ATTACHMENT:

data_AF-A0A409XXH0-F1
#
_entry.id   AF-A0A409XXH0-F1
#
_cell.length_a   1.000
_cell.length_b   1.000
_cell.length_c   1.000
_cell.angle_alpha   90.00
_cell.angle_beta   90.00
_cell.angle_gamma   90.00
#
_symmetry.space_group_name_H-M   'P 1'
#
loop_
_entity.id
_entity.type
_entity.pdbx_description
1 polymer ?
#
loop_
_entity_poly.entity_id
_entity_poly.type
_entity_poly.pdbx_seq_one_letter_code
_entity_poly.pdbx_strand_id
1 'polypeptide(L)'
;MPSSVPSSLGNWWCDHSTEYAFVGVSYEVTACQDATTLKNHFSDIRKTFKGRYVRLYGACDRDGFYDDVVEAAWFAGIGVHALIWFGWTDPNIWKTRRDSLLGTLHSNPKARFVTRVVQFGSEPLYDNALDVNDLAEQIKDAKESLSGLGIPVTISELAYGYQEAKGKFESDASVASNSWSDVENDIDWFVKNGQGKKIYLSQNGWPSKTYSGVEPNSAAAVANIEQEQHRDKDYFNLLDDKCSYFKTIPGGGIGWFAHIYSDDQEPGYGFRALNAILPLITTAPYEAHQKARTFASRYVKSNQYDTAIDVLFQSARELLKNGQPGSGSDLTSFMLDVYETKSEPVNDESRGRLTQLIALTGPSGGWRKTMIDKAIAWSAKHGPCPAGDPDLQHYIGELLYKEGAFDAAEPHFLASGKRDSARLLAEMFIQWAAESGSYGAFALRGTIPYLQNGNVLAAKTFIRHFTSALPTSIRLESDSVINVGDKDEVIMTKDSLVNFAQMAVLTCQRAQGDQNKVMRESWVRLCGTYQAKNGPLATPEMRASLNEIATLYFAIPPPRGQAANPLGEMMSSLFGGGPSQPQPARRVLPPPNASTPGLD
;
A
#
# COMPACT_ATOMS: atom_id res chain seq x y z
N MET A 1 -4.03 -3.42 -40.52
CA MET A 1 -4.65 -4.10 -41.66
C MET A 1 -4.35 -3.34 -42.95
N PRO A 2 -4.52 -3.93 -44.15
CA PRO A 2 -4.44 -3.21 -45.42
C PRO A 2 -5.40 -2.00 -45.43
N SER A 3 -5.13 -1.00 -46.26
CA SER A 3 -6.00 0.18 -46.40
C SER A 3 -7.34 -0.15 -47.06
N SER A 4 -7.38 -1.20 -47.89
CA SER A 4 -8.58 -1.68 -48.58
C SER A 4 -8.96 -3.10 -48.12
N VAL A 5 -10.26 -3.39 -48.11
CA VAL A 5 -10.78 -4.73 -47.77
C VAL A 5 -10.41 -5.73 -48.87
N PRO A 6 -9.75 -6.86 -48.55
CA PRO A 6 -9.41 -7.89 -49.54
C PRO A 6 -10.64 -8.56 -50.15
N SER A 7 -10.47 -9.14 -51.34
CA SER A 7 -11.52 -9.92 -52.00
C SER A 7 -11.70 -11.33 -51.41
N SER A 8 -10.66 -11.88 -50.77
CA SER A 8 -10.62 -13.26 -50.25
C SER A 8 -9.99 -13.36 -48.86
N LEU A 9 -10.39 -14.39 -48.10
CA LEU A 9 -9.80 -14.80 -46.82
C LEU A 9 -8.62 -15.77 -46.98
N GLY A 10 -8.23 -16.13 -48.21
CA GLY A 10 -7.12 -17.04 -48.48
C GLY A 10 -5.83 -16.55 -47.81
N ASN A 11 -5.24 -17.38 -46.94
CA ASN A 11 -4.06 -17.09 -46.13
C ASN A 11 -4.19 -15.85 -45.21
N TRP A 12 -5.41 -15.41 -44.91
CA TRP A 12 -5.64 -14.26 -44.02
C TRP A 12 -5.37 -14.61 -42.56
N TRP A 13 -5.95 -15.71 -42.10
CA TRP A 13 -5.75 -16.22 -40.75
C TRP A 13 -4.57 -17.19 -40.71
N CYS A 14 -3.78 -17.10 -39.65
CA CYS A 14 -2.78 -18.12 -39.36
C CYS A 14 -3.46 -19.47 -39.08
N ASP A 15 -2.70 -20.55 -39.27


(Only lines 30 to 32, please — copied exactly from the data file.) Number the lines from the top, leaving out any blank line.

# COMPACT_ATOMS: atom_id res chain seq x y z
N MET A 1 -4.03 -3.42 -40.52
CA MET A 1 -4.65 -4.10 -41.66